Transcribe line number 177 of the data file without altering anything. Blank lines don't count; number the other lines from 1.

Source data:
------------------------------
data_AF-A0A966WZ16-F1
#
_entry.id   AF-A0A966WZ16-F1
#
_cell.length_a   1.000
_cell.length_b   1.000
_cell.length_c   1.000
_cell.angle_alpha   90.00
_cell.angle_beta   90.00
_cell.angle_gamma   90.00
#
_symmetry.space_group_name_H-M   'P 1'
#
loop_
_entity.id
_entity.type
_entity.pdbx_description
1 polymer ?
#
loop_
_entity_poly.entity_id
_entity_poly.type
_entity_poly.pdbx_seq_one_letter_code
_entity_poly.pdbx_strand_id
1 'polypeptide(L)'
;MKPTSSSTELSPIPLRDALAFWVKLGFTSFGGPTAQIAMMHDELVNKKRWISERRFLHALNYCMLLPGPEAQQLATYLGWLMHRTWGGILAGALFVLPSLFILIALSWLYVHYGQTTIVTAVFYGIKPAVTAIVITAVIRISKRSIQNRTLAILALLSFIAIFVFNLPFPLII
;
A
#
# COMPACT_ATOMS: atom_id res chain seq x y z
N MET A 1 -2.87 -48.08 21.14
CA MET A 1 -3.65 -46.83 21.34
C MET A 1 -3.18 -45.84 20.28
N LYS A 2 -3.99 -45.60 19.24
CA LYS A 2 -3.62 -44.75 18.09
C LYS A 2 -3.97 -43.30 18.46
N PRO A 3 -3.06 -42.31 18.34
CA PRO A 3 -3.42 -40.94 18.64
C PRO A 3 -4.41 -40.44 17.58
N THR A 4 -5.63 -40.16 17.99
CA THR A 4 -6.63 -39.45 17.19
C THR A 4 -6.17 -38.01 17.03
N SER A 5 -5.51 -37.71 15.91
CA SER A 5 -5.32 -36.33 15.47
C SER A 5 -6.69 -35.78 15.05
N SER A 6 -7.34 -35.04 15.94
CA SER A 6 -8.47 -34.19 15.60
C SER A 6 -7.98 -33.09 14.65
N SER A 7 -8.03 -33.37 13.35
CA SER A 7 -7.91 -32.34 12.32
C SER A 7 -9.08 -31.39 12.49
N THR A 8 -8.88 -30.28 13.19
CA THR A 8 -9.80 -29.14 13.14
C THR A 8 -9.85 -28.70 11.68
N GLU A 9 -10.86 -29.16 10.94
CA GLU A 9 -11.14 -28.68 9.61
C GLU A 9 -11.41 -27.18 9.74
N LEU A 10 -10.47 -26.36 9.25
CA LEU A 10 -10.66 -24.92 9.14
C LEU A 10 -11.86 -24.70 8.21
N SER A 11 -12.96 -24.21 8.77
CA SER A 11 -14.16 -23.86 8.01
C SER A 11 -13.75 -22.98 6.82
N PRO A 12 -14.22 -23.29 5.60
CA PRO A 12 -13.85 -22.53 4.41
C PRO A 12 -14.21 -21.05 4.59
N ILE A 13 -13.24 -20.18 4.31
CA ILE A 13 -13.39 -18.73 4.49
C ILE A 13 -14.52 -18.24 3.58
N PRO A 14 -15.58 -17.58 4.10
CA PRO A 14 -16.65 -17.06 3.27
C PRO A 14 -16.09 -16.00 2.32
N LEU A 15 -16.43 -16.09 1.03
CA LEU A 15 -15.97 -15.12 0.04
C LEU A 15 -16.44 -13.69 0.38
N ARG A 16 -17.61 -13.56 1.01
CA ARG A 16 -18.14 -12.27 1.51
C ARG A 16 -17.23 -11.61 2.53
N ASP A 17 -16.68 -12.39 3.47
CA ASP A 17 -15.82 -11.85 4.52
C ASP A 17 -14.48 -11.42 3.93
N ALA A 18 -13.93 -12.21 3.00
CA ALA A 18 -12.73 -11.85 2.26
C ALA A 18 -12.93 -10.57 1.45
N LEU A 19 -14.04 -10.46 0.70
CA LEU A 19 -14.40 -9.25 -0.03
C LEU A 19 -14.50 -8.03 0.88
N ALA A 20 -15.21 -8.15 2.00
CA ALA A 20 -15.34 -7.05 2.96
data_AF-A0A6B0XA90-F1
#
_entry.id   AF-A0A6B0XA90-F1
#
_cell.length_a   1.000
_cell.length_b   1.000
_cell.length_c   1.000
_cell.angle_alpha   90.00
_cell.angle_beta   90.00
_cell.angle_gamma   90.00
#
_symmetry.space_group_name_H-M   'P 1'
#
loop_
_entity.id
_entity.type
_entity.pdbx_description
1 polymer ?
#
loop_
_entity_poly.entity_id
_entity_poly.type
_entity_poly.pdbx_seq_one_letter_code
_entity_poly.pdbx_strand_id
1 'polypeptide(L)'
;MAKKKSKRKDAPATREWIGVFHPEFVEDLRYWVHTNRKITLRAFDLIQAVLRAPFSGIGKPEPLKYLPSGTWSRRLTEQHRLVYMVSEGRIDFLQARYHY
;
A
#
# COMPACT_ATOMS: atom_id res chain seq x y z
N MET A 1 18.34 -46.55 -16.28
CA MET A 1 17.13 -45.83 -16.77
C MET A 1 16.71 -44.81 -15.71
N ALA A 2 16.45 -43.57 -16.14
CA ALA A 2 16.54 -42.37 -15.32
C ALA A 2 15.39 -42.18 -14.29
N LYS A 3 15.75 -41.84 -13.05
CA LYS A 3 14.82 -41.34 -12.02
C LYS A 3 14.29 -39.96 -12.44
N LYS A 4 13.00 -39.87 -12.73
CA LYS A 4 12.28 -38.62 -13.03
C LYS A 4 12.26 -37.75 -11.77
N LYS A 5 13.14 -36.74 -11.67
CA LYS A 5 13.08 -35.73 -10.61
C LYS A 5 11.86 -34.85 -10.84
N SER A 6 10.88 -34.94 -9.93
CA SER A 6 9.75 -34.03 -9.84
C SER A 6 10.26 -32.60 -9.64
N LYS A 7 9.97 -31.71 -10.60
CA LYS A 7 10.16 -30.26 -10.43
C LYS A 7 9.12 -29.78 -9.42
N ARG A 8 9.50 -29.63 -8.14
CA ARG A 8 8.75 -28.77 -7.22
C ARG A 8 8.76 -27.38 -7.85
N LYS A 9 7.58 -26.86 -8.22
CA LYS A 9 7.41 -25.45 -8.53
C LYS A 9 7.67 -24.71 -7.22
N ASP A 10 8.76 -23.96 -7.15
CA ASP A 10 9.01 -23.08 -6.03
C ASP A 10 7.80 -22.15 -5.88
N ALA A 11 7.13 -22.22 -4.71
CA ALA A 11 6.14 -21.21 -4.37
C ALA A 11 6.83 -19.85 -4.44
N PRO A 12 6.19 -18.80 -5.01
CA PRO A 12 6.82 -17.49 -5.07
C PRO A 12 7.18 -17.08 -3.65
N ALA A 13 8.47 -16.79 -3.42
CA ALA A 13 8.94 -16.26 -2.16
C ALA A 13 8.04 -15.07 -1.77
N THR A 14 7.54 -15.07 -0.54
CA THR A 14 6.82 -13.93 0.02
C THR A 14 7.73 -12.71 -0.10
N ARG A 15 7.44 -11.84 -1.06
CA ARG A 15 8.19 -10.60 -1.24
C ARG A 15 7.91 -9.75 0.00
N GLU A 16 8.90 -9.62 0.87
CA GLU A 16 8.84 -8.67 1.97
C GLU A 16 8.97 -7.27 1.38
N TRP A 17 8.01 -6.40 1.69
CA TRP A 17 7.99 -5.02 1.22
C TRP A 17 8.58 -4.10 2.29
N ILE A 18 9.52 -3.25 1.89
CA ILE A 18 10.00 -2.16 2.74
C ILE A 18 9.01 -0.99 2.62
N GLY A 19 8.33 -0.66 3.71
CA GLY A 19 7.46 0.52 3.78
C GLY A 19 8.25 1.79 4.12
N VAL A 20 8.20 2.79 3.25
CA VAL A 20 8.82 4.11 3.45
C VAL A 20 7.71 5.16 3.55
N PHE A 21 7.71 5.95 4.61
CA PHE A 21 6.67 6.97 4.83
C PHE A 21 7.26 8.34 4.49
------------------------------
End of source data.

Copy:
N VAL A 20 8.20 2.79 3.25